Revealed: the future of Nismo | Top Gear
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BBC TopGear

Revealed: the future of Nismo

From a potential supercar to ever faster GT-Rs, TG gets the lowdown

  • “Some geeks might recognise it,” Hiroshi Tamura says with a grin, “but I need to fundamentally improve the Nismo brand.”

    Tamura-san is Nissan’s chief product specialist, in charge of the GT-R and a man tasked with steering Nismo – that’s Nissan’s performance arm of course – into new, as-yet unchartered territories. Territories where it’s familiar to way more people than the, um, ‘geeks’.

    You might disagree with Tamura-san’s assessment of current Nismo enthusiasts, but let us take you through the nameplate’s history.

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  • Way back in 1964, engineers from the Prince Motor Company reckoned a motorsports presence in the shape of a faster saloon would beef up sales.

    So, they took the 2.0-litre six-cylinder engine from the Gloria and shoehorned it into the smaller silhouette of the original Skyline. Just 100 models of the ‘Prince Skyline 2000GT’ were produced – to meet the regulations – and in the nick of time. It was finished on 1 May 1964, and entered into competition just two days later.

    And though on that fateful day a Porsche 904 took victory, Skyline GTs finished in 2nd, 3rd, 4th, 5th and 6th. It had begun. Prince was assimilated into Nissan in 1966, with the ‘S57’ Skyline launching the following year with a powerful 1.5-litre engine. Then, in 1969, we first saw the GT-R badge.

  • However, it wasn’t until 1984 that Nismo was officially established; to bring together the privateer racers and the factory backed cars under one organisation. Nismo entered Le Mans just two years later, and since then, have competed – and won – in numerous racing series across the globe.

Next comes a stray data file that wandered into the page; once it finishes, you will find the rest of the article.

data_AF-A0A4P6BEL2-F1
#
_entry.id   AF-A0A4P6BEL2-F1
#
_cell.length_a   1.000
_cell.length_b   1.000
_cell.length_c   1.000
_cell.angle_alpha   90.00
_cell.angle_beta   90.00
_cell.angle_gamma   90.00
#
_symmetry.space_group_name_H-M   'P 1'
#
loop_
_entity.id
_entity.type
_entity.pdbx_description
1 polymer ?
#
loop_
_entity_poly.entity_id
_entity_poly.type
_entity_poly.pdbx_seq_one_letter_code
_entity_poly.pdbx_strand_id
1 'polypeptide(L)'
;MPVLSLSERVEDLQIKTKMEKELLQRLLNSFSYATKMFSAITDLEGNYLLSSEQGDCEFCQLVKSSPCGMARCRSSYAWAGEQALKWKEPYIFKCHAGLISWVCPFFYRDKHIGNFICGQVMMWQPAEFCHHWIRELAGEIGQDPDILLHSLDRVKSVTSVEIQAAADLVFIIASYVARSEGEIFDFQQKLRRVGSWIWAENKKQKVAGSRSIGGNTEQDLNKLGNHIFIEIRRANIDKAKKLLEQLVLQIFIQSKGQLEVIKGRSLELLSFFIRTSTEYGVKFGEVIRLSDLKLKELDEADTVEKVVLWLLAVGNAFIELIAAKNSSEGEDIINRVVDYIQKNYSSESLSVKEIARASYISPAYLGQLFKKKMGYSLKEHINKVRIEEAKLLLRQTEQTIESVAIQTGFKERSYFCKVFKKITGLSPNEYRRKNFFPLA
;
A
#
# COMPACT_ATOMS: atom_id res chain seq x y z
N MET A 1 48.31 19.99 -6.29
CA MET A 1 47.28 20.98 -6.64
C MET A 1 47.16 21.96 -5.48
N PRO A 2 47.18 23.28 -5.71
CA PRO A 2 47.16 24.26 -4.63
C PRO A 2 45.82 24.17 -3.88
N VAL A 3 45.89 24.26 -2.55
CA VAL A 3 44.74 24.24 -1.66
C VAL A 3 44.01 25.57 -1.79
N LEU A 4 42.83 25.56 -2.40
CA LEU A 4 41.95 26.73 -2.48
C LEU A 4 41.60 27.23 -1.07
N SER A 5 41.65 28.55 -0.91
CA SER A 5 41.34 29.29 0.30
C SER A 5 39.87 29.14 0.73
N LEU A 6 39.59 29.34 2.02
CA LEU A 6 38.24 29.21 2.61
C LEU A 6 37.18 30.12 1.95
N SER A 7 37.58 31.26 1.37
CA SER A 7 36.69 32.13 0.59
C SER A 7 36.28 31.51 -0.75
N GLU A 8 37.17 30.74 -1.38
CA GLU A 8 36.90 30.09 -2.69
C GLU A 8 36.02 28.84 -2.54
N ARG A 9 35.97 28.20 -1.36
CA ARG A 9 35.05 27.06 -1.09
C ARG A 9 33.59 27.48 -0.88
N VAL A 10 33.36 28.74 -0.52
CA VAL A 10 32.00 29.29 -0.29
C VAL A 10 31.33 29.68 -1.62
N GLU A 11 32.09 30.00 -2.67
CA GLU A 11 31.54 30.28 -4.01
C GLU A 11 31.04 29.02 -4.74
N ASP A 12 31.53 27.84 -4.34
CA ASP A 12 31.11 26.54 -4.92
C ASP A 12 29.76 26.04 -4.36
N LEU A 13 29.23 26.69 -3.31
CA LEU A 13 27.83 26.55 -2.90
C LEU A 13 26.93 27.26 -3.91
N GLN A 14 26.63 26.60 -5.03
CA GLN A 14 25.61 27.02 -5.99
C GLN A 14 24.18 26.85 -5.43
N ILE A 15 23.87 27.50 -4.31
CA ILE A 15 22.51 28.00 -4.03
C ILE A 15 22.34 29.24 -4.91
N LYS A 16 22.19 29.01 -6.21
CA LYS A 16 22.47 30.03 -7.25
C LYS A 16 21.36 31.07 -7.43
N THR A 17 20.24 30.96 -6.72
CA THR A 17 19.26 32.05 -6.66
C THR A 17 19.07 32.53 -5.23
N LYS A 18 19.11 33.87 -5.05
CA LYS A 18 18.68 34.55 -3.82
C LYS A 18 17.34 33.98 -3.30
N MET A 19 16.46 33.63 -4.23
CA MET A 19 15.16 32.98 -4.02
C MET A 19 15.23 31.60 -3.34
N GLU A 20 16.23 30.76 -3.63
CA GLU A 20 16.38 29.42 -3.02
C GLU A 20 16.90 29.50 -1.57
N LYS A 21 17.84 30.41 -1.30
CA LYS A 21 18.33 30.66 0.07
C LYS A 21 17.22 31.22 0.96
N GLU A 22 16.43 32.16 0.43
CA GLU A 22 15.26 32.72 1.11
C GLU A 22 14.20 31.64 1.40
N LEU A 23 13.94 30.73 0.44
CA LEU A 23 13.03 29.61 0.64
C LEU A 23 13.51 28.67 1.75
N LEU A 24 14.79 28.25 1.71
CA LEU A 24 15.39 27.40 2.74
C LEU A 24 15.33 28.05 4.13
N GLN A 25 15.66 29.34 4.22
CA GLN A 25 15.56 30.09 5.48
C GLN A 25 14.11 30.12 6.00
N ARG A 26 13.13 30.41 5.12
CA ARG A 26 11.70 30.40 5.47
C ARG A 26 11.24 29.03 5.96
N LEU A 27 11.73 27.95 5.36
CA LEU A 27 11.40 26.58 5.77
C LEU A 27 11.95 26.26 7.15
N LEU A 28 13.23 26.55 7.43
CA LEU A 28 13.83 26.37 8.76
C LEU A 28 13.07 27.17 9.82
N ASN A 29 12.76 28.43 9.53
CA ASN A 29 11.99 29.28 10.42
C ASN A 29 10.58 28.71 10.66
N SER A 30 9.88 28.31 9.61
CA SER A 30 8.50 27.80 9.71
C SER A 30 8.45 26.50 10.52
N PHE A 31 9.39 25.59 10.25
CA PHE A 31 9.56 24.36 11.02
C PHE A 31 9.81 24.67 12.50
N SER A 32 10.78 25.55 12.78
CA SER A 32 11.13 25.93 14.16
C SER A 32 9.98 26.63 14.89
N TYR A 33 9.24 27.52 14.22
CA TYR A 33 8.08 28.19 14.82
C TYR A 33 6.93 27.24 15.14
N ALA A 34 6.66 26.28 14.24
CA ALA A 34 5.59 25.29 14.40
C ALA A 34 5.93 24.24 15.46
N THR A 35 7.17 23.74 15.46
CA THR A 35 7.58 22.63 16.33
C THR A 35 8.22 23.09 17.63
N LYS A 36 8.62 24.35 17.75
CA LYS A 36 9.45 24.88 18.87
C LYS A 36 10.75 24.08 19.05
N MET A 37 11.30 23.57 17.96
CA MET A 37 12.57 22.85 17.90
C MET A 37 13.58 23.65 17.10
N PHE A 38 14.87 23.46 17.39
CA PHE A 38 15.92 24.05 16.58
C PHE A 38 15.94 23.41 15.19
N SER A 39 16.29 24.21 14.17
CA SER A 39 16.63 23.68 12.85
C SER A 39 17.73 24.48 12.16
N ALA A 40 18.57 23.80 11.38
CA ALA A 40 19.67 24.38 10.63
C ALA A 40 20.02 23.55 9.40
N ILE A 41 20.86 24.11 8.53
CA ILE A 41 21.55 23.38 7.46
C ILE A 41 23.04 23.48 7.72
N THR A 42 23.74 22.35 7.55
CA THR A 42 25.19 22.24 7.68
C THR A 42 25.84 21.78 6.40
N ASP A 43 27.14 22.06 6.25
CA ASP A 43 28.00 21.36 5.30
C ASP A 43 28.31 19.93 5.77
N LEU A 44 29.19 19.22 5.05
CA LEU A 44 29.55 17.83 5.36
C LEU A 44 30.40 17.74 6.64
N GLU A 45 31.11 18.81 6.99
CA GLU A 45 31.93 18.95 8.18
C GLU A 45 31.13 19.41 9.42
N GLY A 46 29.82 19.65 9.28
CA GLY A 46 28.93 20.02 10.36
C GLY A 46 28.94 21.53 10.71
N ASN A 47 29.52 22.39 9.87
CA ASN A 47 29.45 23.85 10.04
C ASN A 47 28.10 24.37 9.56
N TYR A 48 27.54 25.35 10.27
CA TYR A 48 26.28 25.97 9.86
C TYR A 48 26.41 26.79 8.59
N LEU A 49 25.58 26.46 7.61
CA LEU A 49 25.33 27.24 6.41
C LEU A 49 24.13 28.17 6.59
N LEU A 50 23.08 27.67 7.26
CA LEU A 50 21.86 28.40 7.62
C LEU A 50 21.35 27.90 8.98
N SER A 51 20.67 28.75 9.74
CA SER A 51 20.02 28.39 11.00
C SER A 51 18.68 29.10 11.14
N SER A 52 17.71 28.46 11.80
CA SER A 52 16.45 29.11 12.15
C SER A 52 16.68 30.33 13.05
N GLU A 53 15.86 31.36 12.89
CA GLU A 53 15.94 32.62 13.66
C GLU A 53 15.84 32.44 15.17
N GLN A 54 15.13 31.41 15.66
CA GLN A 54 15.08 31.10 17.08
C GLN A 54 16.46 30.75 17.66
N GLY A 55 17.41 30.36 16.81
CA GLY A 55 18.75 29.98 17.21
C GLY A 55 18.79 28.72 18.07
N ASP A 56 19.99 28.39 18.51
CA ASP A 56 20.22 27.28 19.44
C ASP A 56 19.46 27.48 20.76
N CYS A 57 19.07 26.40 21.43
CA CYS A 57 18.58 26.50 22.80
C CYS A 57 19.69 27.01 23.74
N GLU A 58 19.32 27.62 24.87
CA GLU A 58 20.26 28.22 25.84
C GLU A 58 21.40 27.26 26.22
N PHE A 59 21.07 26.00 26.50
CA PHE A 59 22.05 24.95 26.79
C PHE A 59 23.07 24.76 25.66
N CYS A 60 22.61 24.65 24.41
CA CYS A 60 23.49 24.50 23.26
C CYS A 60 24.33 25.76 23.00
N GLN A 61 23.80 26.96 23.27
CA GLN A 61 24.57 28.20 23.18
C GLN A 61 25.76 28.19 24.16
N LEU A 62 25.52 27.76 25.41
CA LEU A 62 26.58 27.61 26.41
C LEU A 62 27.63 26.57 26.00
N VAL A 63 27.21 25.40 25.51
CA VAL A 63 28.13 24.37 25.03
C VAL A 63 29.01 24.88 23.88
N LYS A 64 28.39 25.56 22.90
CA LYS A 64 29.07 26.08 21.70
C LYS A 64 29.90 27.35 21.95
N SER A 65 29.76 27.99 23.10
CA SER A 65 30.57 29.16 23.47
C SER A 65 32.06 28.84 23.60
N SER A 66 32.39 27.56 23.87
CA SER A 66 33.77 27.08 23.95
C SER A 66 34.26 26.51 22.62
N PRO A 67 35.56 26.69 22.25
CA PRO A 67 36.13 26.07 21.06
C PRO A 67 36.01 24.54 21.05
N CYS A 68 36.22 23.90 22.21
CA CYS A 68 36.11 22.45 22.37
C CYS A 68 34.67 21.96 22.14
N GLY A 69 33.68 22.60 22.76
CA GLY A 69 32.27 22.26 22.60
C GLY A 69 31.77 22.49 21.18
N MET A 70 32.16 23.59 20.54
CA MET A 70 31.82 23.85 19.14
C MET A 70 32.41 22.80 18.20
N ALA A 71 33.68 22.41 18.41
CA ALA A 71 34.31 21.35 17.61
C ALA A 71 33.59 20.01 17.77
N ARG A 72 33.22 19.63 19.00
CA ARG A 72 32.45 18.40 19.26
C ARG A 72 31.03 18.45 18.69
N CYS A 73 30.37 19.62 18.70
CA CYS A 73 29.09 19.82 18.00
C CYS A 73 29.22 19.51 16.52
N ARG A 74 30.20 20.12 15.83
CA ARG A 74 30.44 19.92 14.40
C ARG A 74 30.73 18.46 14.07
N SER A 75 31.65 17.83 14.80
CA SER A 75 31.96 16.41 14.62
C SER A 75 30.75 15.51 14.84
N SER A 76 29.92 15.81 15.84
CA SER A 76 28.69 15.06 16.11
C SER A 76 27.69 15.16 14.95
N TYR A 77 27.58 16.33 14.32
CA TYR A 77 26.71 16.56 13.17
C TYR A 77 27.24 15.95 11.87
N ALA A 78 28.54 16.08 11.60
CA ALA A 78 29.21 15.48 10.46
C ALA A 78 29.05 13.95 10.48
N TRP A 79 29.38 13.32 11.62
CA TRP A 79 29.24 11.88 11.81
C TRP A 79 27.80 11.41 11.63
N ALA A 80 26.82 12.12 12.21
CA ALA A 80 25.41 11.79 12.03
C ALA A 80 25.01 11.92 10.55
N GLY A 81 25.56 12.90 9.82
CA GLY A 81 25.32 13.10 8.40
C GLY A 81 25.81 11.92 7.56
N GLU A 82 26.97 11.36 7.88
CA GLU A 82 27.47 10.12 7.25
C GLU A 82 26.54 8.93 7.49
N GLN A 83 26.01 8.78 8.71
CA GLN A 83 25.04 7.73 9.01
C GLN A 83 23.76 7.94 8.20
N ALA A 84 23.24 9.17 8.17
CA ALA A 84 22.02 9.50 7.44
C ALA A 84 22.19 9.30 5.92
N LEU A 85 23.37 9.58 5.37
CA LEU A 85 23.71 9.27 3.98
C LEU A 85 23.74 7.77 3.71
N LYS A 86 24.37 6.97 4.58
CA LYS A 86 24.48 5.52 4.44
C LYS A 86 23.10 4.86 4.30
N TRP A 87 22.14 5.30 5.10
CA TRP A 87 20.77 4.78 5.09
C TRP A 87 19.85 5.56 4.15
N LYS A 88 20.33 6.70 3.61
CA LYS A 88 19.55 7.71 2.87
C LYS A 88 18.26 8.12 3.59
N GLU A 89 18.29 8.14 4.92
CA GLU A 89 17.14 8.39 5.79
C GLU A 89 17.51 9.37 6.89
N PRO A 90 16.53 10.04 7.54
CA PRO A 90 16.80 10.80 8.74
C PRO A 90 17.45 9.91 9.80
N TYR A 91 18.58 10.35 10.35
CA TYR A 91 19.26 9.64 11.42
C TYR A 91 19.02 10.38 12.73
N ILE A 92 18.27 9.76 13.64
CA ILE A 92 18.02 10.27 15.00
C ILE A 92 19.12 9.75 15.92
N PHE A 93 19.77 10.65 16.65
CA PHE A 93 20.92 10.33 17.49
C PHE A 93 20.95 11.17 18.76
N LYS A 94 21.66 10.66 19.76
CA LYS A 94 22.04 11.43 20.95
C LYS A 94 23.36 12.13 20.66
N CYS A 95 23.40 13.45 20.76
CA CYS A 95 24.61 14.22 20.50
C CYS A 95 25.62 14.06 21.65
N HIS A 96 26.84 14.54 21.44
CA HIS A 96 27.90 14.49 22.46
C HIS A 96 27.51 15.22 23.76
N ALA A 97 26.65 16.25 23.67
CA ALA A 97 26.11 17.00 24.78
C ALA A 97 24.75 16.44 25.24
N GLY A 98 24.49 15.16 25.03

Consider the success. The fabled R32 Skyline took 29 victories from 29 starts in domestic Japanese racing. It dominated the Australian Touring Car Championship in the early 1990s – where it earned the nickname ‘Godzilla’ – along with winning at Spa in 1991.

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  • Though the R33 finished Le Mans in 1995 in 10th, the altogether more hardcore R390 GT1 ended up 3rd three years later. Add to that multiple wins in Super GT and GT3, and you see that Nismo’s formidable expertise is hard to countenance.

    This track capacity was also matched by a limited run of tuned cars accessible to very few. The V-Spec R34, for example, was only built in a run of 20, for – in Nissan’s own words – ‘the serious enthusiast’.

    And allied to this came another generation of enthusiasts who were to experience Nismo thanks to the tie up with racing series Gran Turismo. Yup, gamers.

  • So you see Tamura-san’s dilemma. “The previous Nismo zone is more of the stereotype of the performance area,” he says. “People like us, we like it, but I want a wider approach for Nismo. In Japan, we are very famous, but quite frankly, in the UK and elsewhere, people still don’t know. We’re too much about performance and motorsports, which means [others] cannot enjoy the very narrow scope.”